mscorlib.dll!System.Threading.ExecutionContext.RunInternal(System.Threading.ExecutionContext executionContext, System.Threading.ContextCallback callback, object state, bool preserveSyncCtx) + 0xa7 bytes
mscorlib.dll!System.Threading.ExecutionContext.Run(System.Threading.ExecutionContext executionContext, System.Threading.ContextCallback callback, object state, bool preserveSyncCtx) + 0x16 bytes
mscorlib.dll!System.Threading.TimerQueueTimer.CallCallback() + 0x71 bytes
mscorlib.dll!System.Threading.TimerQueueTimer.Fire() + 0xc0 bytes
mscorlib.dll!System.Threading.TimerQueue.FireNextTimers() + 0x131 bytes
mscorlib.dll!System.Threading.TimerQueue.AppDomainTimerCallback() + 0x1c bytes

Finally WebRequestErrorEvent is fired by the HttpRuntime after the request processing is finished:

System.Web.dll!System.Web.Management.EventLogWebEventProvider.ProcessEvent(System.Web.Management.WebBaseEvent eventRaised = {System.Web.Management.WebRequestErrorEvent}) + 0x13 bytes	
System.Web.dll!System.Web.Management.WebBaseEvent.RaiseInternal(System.Web.Management.WebBaseEvent eventRaised = {System.Web.Management.WebRequestErrorEvent}, System.Collections.ArrayList firingRuleInfos = Count = Cannot evaluate expression because the code of the current method is optimized., int index0, int index1) + 0x265 bytes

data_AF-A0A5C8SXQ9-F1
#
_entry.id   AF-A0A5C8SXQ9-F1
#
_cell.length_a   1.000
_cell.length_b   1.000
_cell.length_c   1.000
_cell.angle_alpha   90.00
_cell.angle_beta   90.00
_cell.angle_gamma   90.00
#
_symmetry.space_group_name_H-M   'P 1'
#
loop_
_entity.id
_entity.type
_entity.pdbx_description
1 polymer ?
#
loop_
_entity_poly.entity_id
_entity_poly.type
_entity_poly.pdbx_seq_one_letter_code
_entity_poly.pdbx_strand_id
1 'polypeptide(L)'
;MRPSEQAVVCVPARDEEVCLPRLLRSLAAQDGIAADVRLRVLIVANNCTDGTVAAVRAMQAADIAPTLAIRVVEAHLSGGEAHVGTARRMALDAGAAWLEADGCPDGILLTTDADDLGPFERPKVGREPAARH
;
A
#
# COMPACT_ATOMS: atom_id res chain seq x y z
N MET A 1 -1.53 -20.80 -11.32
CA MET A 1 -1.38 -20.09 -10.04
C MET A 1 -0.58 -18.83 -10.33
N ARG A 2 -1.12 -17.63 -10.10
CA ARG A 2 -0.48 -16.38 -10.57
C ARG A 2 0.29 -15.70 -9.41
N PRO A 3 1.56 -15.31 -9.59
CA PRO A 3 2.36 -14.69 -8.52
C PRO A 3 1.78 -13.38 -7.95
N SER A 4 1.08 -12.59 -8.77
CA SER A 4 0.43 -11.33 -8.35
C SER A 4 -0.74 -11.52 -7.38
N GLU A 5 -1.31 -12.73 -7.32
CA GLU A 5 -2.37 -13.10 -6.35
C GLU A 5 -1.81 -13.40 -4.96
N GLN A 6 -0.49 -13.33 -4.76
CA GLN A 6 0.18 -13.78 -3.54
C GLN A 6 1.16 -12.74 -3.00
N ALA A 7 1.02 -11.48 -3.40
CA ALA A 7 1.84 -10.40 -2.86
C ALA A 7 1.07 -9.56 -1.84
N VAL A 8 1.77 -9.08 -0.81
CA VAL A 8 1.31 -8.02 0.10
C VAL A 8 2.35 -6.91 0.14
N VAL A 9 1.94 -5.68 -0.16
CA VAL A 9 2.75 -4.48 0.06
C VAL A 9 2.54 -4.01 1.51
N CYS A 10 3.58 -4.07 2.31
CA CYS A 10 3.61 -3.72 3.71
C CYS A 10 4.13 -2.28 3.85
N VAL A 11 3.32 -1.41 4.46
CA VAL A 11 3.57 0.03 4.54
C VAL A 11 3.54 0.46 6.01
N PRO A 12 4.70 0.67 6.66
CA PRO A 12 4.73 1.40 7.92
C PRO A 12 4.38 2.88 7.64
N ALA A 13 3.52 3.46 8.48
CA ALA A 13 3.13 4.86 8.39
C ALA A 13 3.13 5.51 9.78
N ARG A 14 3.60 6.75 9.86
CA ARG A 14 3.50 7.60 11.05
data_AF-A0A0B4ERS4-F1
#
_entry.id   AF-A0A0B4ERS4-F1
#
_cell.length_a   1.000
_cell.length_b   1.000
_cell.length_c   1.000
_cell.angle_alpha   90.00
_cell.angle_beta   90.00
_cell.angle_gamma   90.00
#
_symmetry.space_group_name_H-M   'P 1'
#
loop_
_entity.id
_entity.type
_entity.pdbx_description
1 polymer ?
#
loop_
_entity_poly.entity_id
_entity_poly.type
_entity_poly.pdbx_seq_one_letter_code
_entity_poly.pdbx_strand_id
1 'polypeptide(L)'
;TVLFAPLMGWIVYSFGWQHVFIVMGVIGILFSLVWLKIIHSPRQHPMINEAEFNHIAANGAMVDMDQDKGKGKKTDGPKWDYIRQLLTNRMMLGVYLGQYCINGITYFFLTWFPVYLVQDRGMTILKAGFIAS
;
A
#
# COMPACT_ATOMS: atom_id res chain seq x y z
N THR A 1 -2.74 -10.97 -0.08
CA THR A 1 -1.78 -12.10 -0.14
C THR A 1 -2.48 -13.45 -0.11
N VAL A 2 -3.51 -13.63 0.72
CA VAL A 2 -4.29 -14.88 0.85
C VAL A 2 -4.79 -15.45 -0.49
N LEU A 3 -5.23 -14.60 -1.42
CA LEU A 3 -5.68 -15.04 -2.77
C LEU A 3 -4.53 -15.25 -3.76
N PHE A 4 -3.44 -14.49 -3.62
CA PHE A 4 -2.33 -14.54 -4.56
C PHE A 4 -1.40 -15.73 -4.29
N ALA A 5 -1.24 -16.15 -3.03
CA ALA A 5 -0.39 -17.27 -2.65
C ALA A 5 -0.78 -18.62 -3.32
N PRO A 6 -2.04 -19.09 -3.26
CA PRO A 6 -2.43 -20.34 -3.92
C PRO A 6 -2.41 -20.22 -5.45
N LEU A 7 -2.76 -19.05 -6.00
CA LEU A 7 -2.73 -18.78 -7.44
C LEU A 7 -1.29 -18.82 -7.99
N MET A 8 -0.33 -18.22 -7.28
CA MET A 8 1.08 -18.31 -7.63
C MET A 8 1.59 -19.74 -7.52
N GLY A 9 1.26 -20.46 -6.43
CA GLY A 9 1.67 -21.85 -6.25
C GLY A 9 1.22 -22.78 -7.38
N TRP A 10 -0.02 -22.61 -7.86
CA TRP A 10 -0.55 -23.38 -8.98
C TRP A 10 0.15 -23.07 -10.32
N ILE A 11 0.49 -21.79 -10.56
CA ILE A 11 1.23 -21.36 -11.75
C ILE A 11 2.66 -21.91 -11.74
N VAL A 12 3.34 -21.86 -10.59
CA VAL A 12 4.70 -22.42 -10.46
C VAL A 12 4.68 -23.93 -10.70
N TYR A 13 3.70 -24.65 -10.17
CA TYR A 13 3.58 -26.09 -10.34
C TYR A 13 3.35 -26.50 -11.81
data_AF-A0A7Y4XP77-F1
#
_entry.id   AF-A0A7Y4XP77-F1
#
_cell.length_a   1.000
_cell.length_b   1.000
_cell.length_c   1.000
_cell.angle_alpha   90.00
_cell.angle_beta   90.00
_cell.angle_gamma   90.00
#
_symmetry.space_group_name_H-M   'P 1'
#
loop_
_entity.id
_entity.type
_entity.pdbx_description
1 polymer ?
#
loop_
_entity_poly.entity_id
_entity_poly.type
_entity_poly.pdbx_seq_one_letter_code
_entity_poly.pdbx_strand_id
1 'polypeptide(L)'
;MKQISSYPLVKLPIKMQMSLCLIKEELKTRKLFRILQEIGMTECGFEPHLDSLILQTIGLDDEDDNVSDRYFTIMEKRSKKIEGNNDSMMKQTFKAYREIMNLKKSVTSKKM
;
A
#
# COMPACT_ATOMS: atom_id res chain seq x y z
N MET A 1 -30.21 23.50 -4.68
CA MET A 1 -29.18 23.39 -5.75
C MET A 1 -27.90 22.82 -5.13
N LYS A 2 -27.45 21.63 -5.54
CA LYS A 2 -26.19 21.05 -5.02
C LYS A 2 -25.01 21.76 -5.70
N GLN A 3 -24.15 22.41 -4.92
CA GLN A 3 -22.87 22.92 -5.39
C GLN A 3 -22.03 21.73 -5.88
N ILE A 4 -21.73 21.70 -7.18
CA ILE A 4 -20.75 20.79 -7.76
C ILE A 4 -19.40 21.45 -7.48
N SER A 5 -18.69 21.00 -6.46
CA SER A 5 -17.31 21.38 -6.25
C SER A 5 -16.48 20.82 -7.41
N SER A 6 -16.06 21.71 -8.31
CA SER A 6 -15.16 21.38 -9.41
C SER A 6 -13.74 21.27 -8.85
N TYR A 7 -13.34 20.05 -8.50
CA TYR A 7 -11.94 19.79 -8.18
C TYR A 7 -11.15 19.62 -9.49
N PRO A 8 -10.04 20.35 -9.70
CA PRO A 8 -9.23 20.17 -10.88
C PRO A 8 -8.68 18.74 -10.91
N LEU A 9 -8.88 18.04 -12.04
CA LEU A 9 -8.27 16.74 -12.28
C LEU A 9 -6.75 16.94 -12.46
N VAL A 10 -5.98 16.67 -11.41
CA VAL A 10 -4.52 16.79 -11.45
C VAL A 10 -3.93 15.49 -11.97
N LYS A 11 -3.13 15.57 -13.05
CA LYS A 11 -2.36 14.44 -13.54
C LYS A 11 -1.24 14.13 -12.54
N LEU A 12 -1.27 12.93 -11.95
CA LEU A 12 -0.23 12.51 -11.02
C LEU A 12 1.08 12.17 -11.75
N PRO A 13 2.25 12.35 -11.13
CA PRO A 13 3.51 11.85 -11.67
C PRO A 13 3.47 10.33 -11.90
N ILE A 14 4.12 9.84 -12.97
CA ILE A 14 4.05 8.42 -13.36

System.Web.dll!System.Web.Management.WebBaseEvent.RaiseSystemEventInternal(string message, object source, int eventCode, int eventDetailCode, System.Exception exception, string nameToAuthenticate) + 0xef bytes	
System.Web.dll!System.Web.Management.WebBaseEvent.RaiseRuntimeError(System.Exception e, object source) + 0xa3 bytes	
System.Web.dll!System.Web.HttpResponse.ReportRuntimeError(System.Exception e = {Cannot evaluate expression because the code of the current method is optimized.}, bool canThrow = true, bool localExecute = false) + 0x58 bytes	
System.Web.dll!System.Web.HttpRuntime.FinishRequest(System.Web.HttpWorkerRequest wr = {Microsoft.VisualStudio.WebHost.Request}, System.Web.HttpContext context = {System.Web.HttpContext}, System.Exception e) + 0x16e bytes	
System.Web.dll!System.Web.HttpRuntime.OnHandlerCompletion(System.IAsyncResult ar) + 0x9c bytes	
System.Web.dll!System.Web.HttpAsyncResult.Complete(bool synchronous, object result, System.Exception error, System.Web.RequestNotificationStatus status) + 0x3a bytes	
System.Web.dll!System.Web.HttpApplication.ApplicationStepManager.ResumeSteps(System.Exception error) + 0x288 bytes